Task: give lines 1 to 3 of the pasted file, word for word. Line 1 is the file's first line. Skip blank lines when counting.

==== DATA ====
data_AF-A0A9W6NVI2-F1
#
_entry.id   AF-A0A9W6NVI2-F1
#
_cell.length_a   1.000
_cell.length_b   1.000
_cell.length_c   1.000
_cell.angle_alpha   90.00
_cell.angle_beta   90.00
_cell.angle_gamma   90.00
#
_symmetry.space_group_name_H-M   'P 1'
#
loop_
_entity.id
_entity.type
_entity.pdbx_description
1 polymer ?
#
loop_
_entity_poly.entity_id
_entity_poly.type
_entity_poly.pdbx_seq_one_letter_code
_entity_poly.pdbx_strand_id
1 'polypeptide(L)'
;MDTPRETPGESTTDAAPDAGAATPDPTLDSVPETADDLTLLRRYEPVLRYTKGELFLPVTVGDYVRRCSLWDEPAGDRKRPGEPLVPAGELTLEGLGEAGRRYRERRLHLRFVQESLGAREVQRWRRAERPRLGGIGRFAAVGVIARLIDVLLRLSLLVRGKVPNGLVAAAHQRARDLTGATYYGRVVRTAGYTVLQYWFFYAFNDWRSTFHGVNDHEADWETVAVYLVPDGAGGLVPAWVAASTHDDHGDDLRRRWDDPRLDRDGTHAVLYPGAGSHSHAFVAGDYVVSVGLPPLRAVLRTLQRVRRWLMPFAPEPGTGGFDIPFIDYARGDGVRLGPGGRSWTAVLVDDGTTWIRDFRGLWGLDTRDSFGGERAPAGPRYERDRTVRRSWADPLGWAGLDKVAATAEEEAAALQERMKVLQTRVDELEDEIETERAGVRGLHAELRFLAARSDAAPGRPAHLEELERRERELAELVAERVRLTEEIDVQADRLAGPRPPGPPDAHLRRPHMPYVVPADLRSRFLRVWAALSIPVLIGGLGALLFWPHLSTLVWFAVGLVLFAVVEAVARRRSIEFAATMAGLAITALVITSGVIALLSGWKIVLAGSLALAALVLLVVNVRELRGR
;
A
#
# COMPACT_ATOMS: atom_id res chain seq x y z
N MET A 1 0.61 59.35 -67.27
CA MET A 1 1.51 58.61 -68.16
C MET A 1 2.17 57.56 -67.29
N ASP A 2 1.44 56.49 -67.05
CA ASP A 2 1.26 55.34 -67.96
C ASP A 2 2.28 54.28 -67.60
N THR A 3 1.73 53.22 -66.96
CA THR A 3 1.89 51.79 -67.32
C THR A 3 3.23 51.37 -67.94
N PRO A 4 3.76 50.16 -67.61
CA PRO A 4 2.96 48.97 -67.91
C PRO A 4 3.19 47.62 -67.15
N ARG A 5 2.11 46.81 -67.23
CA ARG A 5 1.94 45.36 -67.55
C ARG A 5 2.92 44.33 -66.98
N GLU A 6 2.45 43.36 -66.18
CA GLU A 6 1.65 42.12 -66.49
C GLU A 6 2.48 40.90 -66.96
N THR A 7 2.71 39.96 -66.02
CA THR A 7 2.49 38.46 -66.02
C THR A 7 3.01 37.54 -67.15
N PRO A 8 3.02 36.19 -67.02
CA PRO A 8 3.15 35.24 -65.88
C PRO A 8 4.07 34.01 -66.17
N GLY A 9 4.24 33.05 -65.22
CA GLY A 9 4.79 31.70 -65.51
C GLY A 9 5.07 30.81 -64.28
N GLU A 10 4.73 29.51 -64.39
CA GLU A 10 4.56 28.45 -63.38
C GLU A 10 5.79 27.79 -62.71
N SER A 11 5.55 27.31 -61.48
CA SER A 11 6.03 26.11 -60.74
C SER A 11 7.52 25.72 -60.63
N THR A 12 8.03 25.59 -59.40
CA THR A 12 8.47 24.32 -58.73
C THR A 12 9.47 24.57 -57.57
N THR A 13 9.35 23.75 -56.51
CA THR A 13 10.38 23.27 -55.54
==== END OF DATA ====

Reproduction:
data_AF-A0A9W6NVI2-F1
#
_entry.id   AF-A0A9W6NVI2-F1